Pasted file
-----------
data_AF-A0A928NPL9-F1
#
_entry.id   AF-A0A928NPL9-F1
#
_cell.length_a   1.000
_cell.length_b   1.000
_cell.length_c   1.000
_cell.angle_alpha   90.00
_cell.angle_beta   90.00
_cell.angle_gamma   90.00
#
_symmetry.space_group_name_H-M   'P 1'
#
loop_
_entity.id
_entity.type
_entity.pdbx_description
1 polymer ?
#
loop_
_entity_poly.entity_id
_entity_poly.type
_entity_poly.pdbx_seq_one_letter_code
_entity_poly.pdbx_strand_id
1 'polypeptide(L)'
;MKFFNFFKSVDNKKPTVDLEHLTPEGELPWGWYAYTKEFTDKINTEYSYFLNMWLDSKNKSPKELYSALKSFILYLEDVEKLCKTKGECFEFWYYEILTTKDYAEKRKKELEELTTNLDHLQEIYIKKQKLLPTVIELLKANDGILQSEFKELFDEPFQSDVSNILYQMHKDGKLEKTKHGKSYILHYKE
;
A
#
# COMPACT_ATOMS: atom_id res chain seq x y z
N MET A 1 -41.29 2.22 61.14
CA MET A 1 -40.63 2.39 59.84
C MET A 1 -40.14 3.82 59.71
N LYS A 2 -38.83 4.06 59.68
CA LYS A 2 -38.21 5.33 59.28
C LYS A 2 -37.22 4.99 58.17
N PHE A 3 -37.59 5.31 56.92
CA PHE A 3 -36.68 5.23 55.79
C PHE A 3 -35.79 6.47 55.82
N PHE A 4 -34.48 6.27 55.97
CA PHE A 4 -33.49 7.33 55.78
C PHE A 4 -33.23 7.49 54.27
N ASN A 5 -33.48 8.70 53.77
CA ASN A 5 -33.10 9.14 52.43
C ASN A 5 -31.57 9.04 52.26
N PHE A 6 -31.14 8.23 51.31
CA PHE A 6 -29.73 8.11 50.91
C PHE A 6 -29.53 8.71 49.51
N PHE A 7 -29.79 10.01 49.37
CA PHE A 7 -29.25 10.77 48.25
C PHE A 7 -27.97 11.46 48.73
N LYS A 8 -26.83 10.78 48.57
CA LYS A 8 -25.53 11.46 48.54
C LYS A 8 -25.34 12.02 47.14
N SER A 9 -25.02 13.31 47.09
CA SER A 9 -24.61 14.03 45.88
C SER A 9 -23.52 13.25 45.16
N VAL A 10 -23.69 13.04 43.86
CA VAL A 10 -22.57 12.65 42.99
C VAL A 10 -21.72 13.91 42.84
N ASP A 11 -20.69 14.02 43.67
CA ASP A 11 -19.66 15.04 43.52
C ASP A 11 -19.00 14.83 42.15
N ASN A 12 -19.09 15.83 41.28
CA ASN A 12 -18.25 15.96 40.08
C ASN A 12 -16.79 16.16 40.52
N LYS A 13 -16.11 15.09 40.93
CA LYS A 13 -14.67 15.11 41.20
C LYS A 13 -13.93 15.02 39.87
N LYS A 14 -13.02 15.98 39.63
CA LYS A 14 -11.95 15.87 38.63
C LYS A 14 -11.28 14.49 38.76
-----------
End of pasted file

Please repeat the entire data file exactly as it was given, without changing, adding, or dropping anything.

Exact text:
data_AF-A0A928NPL9-F1
#
_entry.id   AF-A0A928NPL9-F1
#
_cell.length_a   1.000
_cell.length_b   1.000
_cell.length_c   1.000
_cell.angle_alpha   90.00
_cell.angle_beta   90.00
_cell.angle_gamma   90.00
#
_symmetry.space_group_name_H-M   'P 1'
#
loop_
_entity.id
_entity.type
_entity.pdbx_description
1 polymer ?
#
loop_
_entity_poly.entity_id
_entity_poly.type
_entity_poly.pdbx_seq_one_letter_code
_entity_poly.pdbx_strand_id
1 'polypeptide(L)'
;MKFFNFFKSVDNKKPTVDLEHLTPEGELPWGWYAYTKEFTDKINTEYSYFLNMWLDSKNKSPKELYSALKSFILYLEDVEKLCKTKGECFEFWYYEILTTKDYAEKRKKELEELTTNLDHLQEIYIKKQKLLPTVIELLKANDGILQSEFKELFDEPFQSDVSNILYQMHKDGKLEKTKHGKSYILHYKE
;
A
#
# COMPACT_ATOMS: atom_id res chain seq x y z
N MET A 1 -41.29 2.22 61.14
CA MET A 1 -40.63 2.39 59.84
C MET A 1 -40.14 3.82 59.71
N LYS A 2 -38.83 4.06 59.68
CA LYS A 2 -38.21 5.33 59.28
C LYS A 2 -37.22 4.99 58.17
N PHE A 3 -37.59 5.31 56.92
CA PHE A 3 -36.68 5.23 55.79
C PHE A 3 -35.79 6.47 55.82
N PHE A 4 -34.48 6.27 55.97
CA PHE A 4 -33.49 7.33 55.78
C PHE A 4 -33.23 7.49 54.27
N ASN A 5 -33.48 8.70 53.77
CA ASN A 5 -33.10 9.14 52.43
C ASN A 5 -31.57 9.04 52.26
N PHE A 6 -31.14 8.23 51.31
CA PHE A 6 -29.73 8.11 50.91
C PHE A 6 -29.53 8.71 49.51
N PHE A 7 -29.79 10.01 49.37
CA PHE A 7 -29.25 10.77 48.25
C PHE A 7 -27.97 11.46 48.73
N LYS A 8 -26.83 10.78 48.57
CA LYS A 8 -25.53 11.46 48.54
C LYS A 8 -25.34 12.02 47.14
N SER A 9 -25.02 13.31 47.09
CA SER A 9 -24.61 14.03 45.88
C SER A 9 -23.52 13.25 45.16
N VAL A 10 -23.69 13.04 43.86
CA VAL A 10 -22.57 12.65 42.99
C VAL A 10 -21.72 13.91 42.84
N ASP A 11 -20.69 14.02 43.67
CA ASP A 11 -19.66 15.04 43.52
C ASP A 11 -19.00 14.83 42.15
N ASN A 12 -19.09 15.83 41.28
CA ASN A 12 -18.25 15.96 40.08
C ASN A 12 -16.79 16.16 40.52
N LYS A 13 -16.11 15.09 40.93
CA LYS A 13 -14.67 15.11 41.20
C LYS A 13 -13.93 15.02 39.87
N LYS A 14 -13.02 15.98 39.63
CA LYS A 14 -11.95 15.87 38.63
C LYS A 14 -11.28 14.49 38.76